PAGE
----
The idea is that God’s Word is part of your everyday life. In our house, we have a devotional book that we read every day. We also have lots of Bible-centered music playing in our home. We watch TV shows featuring Bible verses and stories. I want God’s Word to be part of everything we do.
The apostle Paul wrote, Jesus “is before all things, and in him all things hold together” (Col. 1:17 NIV). This is what I want my kids to know and be awed by─that everything is because of Jesus. It’s my job─my privilege─to show them and lead them, to impress them and stir them to that understanding.
Long before I prayed with my daughter around our kitchen table, I taught her about sin. One day I was sitting on the couch with my laptop while she played with some craft supplies at my feet, still in her pajamas. She suddenly jumped up and said, “I want to change clothes! I want to change clothes!”
I told her she could change clothes when I was finished. She got more agitated and wouldn’t stop demanding a change of clothes.
Finally, I looked down and saw a small hole in her pajama pants. I also saw the scissors lying next to her. I said, “Did you cut your pants? Is that why you want to change clothes, so Mommy doesn’t see it?”
She started sobbing.
She was little, but she knew we didn’t use scissors on our clothes. And she certainly knew not to hide things from me. But I wasn’t sure what to do. Should I berate her and tell her how wrong she was? She was already so contrite . . . and she was so little.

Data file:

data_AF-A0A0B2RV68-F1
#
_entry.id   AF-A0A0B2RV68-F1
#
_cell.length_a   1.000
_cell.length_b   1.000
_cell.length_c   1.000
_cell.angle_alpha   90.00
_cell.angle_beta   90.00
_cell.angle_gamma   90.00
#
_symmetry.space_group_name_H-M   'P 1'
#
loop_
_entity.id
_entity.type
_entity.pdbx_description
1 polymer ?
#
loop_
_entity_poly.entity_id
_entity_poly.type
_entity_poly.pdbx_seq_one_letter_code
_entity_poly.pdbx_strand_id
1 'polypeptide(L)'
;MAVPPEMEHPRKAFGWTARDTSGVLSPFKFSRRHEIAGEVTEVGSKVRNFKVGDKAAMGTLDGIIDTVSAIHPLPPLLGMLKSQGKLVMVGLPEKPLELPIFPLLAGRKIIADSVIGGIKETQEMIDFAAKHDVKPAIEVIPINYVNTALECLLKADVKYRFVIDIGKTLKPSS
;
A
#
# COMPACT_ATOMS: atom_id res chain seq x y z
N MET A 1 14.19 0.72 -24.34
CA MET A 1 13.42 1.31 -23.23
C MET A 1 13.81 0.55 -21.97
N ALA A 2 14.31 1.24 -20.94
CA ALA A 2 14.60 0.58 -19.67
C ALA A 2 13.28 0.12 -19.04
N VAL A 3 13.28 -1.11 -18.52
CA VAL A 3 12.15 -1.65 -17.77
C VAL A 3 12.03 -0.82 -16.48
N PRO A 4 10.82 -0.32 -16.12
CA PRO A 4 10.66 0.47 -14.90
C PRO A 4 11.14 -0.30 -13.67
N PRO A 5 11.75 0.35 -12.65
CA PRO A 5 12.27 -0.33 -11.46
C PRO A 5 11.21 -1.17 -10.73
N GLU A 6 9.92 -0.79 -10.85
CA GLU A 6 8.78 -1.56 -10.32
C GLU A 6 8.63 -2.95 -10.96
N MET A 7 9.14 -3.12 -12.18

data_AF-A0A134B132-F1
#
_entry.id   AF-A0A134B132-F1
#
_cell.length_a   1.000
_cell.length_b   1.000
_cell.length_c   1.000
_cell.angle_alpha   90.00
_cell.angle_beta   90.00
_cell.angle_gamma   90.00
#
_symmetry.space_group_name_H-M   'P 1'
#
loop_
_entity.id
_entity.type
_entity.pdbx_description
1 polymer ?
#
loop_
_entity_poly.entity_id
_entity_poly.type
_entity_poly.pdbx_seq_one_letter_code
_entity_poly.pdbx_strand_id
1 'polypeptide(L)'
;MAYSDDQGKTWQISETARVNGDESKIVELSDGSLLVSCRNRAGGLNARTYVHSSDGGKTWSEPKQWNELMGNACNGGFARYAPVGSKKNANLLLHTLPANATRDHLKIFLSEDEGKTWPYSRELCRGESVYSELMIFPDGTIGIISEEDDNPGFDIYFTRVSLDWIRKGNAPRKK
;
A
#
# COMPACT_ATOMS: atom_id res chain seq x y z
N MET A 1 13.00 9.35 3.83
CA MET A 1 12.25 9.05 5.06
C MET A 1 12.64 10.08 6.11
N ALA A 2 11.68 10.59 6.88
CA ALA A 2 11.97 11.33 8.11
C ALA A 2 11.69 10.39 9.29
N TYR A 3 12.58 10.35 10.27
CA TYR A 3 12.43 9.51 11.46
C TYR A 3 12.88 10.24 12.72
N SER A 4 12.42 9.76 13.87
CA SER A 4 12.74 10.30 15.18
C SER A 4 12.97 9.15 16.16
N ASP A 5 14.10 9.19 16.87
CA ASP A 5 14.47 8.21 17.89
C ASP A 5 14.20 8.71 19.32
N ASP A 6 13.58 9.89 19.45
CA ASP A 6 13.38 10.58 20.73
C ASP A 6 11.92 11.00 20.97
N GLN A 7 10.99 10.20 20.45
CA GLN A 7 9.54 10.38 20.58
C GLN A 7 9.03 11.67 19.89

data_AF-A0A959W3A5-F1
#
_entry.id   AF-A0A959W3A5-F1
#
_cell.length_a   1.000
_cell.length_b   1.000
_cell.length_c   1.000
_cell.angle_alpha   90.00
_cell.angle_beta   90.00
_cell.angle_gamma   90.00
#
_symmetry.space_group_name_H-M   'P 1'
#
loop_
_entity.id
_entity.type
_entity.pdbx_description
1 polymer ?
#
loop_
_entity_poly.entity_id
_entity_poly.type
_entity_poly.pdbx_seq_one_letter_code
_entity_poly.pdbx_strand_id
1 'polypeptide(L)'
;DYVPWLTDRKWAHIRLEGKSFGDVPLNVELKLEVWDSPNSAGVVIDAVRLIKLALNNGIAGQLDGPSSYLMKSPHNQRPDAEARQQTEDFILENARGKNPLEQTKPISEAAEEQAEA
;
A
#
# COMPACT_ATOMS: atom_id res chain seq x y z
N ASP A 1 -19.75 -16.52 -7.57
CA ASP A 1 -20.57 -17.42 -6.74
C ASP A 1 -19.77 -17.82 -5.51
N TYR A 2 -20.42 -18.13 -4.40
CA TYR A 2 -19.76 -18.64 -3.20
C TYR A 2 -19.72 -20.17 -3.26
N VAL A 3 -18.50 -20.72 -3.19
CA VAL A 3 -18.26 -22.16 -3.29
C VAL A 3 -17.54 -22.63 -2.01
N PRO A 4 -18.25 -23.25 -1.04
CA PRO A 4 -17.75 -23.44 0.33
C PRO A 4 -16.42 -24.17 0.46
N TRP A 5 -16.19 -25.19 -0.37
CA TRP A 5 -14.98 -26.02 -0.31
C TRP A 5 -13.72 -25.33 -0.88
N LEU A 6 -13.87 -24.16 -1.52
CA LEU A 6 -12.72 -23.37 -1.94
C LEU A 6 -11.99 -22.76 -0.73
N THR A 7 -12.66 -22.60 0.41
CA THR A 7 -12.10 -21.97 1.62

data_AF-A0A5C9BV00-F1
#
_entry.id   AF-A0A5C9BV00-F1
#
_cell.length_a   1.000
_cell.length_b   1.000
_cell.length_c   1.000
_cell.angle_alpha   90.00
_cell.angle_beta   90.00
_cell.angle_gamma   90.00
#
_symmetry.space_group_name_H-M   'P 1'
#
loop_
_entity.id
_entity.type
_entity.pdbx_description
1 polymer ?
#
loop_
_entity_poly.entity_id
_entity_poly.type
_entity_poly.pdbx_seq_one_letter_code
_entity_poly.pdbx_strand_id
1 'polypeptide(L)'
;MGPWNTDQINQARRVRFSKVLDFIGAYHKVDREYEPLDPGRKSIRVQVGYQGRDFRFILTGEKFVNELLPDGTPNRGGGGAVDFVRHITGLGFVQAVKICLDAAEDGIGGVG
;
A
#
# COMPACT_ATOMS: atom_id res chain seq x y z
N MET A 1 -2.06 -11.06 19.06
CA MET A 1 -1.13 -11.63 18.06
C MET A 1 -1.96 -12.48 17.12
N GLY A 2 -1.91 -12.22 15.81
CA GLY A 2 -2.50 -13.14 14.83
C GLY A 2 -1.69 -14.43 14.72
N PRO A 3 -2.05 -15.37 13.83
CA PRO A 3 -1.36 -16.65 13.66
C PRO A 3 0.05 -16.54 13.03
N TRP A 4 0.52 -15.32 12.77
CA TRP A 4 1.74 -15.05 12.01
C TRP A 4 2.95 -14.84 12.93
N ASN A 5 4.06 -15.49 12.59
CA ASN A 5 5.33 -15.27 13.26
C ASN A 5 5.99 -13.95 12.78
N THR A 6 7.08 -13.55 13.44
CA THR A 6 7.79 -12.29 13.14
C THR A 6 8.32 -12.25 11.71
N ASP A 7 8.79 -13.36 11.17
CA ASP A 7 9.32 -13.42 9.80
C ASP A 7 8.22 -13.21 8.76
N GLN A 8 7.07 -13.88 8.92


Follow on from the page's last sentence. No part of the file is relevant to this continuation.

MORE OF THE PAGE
I pulled her into my arms and talked to her about lying and sin. She sobbed even harder. Then, I told her she would have to wear those pajamas the rest of the day as punishment. She could not bear the idea.
So, I quickly changed my mind and told her we would do what Jesus does with our sin. We took her pink pajamas and threw them in the trashcan.
I told her again that sin keeps us far away from God, but when we ask Him to forgive us, He immediately throws our sins away to be forgotten.
Don’t shy away from calling sin what it is. Let kids see their brokenness. Without it, they can easily fall into the belief that salvation comes from their parents, their good deeds, or their ability to quote Bible verses.
As Christian parents, we want to rush our kids to a decision about Jesus. We want to make sure our kids have said the prayer and are on their way to heaven.
It’s important to remember we are simply the banner wavers and the trailblazers. Jesus is the One wooing our children to Himself. He’s the One who died for them; He’s the One calling to them. He’s the One standing at the door of their hearts, waiting to be let in.
When your children hear that call, how can you help them open the door? Take them in your arms and talk to Jesus together. Confess sin in simple terms: “God, I’m so sorry I’ve disobeyed You. Will You forgive me?”
Shout out belief in a resurrected Lord in words they understand: “Jesus, thank You for dying for me. Thank You for coming back to life to be my Friend.”
Help your children praise God for His great love: “Thank You for loving me and speaking to me, God. I want to spend my life with You.”
Saying such a prayer with your own kids is an amazing, holy moment. But it might not happen with you. Your kid might utter the prayer at church, at camp, or under their covers in their own bed. However, you do get to be the one to lead them daily to Jesus through His Word. Dazzle them with His goodness and love so they can’t wait to give their hearts and lives to Him.